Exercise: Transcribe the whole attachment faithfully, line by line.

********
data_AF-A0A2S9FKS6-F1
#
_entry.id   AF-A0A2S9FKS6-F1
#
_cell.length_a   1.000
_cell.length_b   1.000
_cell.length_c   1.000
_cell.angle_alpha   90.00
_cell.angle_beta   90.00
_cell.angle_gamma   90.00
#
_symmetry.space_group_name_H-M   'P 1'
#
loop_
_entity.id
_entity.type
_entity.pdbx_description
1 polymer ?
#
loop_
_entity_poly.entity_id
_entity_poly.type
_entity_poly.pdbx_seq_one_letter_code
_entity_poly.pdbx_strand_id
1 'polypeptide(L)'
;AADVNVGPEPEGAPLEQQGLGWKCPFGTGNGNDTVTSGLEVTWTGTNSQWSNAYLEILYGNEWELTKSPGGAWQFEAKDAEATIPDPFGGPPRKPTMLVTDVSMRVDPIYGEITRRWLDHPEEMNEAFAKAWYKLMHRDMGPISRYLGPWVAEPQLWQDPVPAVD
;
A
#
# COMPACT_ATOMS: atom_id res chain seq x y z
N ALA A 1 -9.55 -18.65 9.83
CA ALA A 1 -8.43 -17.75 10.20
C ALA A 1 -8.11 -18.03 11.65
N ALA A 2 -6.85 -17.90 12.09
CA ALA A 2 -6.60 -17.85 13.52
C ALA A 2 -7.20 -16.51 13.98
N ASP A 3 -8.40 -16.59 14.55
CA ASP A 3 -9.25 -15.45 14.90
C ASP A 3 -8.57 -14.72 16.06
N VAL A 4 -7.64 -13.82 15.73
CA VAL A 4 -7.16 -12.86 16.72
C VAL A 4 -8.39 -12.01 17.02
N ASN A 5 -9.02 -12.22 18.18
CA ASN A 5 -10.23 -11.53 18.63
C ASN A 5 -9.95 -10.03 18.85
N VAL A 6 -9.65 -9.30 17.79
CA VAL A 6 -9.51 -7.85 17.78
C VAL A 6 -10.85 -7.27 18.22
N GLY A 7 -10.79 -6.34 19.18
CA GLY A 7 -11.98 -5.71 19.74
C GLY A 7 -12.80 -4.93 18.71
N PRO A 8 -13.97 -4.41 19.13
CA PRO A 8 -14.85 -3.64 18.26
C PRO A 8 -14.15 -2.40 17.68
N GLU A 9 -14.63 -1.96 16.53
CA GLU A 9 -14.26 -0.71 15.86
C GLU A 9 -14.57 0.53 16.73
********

data_AF-A0A2S9FKS6-F1
#
_entry.id   AF-A0A2S9FKS6-F1
#
_cell.length_a   1.000
_cell.length_b   1.000
_cell.length_c   1.000
_cell.angle_alpha   90.00
_cell.angle_beta   90.00
_cell.angle_gamma   90.00
#
_symmetry.space_group_name_H-M   'P 1'
#
loop_
_entity.id
_entity.type
_entity.pdbx_description
1 polymer ?
#
loop_
_entity_poly.entity_id
_entity_poly.type
_entity_poly.pdbx_seq_one_letter_code
_entity_poly.pdbx_strand_id
1 'polypeptide(L)'
;AADVNVGPEPEGAPLEQQGLGWKCPFGTGNGNDTVTSGLEVTWTGTNSQWSNAYLEILYGNEWELTKSPGGAWQFEAKDAEATIPDPFGGPPRKPTMLVTDVSMRVDPIYGEITRRWLDHPEEMNEAFAKAWYKLMHRDMGPISRYLGPWVAEPQLWQDPVPAVD
;
A
#
# COMPACT_ATOMS: atom_id res chain seq x y z
N ALA A 1 -9.55 -18.65 9.83
CA ALA A 1 -8.43 -17.75 10.20
C ALA A 1 -8.11 -18.03 11.65
N ALA A 2 -6.85 -17.90 12.09
CA ALA A 2 -6.60 -17.85 13.52
C ALA A 2 -7.20 -16.51 13.98
N ASP A 3 -8.40 -16.59 14.55
CA ASP A 3 -9.25 -15.45 14.90
C ASP A 3 -8.57 -14.72 16.06
N VAL A 4 -7.64 -13.82 15.73
CA VAL A 4 -7.16 -12.86 16.72
C VAL A 4 -8.39 -12.01 17.02
N ASN A 5 -9.02 -12.22 18.18
CA ASN A 5 -10.23 -11.53 18.63
C ASN A 5 -9.95 -10.03 18.85
N VAL A 6 -9.65 -9.30 17.79
CA VAL A 6 -9.51 -7.85 17.78
C VAL A 6 -10.85 -7.27 18.22
N GLY A 7 -10.79 -6.34 19.18
CA GLY A 7 -11.98 -5.71 19.74
C GLY A 7 -12.80 -4.93 18.71
N PRO A 8 -13.97 -4.41 19.13
CA PRO A 8 -14.85 -3.64 18.26
C PRO A 8 -14.15 -2.40 17.68
N GLU A 9 -14.63 -1.96 16.53
CA GLU A 9 -14.26 -0.71 15.86
C GLU A 9 -14.57 0.53 16.73